GeoOptics calls its satellites CICERO, which stands for Community Initiative for Cellular Earth Remote Observation. Credit: GeoOptics

SAN FRANCISCO — GeoOptics Inc. won a NASA contract worth a maximum of $7 million over five years to provide researchers with data acquired by the company’s small satellite constellation.

The contract, announced Nov. 14, was GeoOptics’ first as part of NASA’s Commercial SmallSat Data Acquisition program. Pasadena, Calif.-based GeoOptics has supplied radio occultation data to the National Oceanic and Atmospheric Administration for weather forecasts since 2020.

GeoOptics CEO Alex Saltman welcomed the NASA award.

“We’ve always had a very strong sense of responsibility to the science community,” Saltman told SpaceNews. “All of our technologies come out of that community. Many of our employees come out of that community. And we want to provide a really great science product for researchers.”

The NASA contract directs GeoOptics to deliver a comprehensive catalog of its data products “indicating at a minimum: the data sets, associated metadata and ancillary information; data cadence; data latency; area coverage; and data usage policy,” according to the news release.

NASA acquires commercial data under licenses that allow the agency to share datasets with U.S. government agencies and partners.

GeoOptics will process radio occultation data for NASA to a higher degree of accuracy than data the company provides to NOAA for weather forecasting.

“Often when you process radio occultation data in real time, you’re using, for example, real-time orbit for GPS satellites, which are not quite as accurate as the eventual orbits that folks can determine days or weeks later,” Saltman said. “That’s one of the ways that it’s more precise.”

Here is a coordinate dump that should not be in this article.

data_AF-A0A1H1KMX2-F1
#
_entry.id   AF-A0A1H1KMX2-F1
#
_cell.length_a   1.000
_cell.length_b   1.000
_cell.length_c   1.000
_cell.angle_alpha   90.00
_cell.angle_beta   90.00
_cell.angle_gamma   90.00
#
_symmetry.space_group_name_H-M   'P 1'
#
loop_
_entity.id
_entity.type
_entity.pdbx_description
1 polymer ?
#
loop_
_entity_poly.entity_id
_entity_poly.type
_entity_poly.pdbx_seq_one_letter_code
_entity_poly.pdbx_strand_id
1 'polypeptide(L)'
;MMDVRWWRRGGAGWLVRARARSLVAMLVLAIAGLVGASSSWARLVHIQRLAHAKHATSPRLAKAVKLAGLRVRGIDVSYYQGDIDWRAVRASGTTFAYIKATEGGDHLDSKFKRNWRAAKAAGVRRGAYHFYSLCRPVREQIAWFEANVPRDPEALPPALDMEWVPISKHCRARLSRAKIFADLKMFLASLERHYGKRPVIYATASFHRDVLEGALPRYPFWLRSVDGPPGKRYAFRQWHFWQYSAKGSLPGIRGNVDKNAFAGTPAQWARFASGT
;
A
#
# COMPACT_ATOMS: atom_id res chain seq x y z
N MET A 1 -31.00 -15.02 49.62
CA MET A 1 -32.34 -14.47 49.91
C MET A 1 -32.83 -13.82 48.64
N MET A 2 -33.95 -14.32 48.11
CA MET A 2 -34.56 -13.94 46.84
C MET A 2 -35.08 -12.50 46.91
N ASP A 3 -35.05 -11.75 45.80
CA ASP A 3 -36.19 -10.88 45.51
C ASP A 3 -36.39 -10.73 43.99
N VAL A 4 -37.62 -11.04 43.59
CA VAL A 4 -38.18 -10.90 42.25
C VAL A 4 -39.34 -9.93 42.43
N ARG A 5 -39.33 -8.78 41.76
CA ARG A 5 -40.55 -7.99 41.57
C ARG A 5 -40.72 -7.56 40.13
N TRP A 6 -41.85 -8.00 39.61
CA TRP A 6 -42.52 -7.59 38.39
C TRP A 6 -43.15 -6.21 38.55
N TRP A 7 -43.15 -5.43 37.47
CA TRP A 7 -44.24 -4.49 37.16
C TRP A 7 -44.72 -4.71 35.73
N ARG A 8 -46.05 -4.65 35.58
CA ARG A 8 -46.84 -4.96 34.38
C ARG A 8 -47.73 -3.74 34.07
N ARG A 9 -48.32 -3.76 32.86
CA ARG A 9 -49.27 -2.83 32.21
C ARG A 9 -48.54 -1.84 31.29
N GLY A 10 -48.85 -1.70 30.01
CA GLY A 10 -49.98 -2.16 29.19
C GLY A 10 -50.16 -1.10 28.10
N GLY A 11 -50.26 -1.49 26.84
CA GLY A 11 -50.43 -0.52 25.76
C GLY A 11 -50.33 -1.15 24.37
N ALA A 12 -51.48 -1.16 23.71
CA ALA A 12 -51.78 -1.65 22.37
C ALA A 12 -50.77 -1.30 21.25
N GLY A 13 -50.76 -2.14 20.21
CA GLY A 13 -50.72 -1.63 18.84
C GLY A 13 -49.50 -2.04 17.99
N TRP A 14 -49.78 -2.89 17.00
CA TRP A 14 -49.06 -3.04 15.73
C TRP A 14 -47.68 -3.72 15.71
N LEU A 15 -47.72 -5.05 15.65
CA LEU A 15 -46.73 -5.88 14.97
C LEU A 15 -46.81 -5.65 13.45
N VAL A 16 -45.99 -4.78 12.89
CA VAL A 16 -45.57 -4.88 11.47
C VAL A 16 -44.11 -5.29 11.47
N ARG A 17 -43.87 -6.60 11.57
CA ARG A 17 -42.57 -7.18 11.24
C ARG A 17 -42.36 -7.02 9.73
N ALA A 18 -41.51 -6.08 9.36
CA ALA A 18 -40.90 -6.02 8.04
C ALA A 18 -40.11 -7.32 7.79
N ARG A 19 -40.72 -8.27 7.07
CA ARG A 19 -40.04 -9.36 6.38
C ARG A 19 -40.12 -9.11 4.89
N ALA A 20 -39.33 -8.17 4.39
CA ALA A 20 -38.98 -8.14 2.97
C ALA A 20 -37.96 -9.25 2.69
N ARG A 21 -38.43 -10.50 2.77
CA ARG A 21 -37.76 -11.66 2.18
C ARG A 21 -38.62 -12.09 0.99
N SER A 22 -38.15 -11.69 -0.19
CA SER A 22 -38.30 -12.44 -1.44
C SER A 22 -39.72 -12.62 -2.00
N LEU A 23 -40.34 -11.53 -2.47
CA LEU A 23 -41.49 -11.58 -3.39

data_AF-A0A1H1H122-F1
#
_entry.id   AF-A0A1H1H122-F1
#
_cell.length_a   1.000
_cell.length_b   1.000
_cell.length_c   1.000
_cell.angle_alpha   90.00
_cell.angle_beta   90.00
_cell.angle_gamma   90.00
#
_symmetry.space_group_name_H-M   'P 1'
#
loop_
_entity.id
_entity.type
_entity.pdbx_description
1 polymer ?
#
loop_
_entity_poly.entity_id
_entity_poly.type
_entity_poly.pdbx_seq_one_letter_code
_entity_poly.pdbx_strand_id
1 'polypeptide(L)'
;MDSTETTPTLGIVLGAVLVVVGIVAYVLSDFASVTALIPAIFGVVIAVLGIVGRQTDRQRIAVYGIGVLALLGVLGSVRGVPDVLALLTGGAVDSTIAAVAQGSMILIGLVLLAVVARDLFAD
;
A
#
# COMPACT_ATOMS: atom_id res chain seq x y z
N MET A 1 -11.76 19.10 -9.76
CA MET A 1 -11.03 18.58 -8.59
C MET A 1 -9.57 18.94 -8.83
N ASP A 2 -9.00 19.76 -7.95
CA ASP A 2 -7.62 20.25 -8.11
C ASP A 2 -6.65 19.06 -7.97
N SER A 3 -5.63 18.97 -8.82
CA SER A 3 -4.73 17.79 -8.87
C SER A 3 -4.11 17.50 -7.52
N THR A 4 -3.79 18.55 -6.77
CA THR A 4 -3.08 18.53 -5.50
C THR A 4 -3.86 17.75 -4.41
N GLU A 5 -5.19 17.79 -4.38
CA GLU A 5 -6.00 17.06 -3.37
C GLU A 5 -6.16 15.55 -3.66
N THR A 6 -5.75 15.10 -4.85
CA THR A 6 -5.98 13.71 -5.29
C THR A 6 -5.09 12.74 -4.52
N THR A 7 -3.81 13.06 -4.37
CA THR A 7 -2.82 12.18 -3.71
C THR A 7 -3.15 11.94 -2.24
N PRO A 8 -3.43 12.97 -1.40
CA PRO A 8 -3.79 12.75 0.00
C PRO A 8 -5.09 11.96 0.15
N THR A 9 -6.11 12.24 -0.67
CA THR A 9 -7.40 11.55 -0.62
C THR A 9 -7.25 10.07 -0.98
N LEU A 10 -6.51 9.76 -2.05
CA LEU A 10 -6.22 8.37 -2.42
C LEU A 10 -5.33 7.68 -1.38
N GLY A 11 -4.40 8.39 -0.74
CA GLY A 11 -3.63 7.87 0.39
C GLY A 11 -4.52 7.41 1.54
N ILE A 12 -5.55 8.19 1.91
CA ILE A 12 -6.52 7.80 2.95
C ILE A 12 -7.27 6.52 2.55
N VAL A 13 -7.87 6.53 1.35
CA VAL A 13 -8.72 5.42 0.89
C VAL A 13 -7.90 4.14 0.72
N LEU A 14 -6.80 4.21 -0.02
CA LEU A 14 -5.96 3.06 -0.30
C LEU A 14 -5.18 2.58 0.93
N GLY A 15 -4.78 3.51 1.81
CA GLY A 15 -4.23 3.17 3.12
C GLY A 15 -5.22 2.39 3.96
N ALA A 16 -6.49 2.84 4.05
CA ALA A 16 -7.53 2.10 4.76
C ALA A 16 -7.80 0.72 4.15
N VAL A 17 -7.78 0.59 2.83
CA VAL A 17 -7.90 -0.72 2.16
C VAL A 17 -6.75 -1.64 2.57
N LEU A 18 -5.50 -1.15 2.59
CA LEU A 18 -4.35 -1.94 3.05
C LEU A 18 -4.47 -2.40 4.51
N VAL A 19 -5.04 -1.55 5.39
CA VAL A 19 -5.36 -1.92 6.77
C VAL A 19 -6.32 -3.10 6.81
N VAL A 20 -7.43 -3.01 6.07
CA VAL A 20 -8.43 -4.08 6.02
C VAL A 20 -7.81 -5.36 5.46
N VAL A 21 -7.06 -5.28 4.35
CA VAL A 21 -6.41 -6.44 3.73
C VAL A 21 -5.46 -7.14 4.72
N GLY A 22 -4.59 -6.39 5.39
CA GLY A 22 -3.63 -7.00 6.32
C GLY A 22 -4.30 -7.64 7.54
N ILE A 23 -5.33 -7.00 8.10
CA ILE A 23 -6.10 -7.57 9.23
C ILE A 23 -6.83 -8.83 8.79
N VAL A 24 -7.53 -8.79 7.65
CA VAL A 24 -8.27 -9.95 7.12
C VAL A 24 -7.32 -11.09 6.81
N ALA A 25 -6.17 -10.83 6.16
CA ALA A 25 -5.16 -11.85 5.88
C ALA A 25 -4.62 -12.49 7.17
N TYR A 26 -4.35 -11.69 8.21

GeoOptics has launched 10 satellites. The company’s next launch is scheduled for late 2023. GeoOptics does not comment on how many satellites remain operational.

NASA established the Commercial SmallSat Data Acquisition pilot program in 2017 to determine whether commercial observations could augment or complement government datasets. NASA began buying datasets in 2018 after principal investigators showed the data and imagery bolstered Earth-observation research and applications.

Through the program, NASA has acquired data from Airbus U.S., BlackSky Technology, Maxar Technologies, PlanetSpire Global and Teledyne Brown Engineering.

NASA also has purchased high-resolution Digital Elevation Models produced by the EarthDEM Project, a collaboration that includes the University of Minnesota’s Polar Geospatial Center, Ohio State University’s Byrd Polar Research Center, and the University of Illinois National Center for Supercomputing Applications, and based on Maxar satellite data.

Debra Werner is a correspondent for SpaceNews based in San Francisco. Debra earned a bachelor’s degree in communications from the University of California, Berkeley, and a master’s degree in Journalism from Northwestern University. She...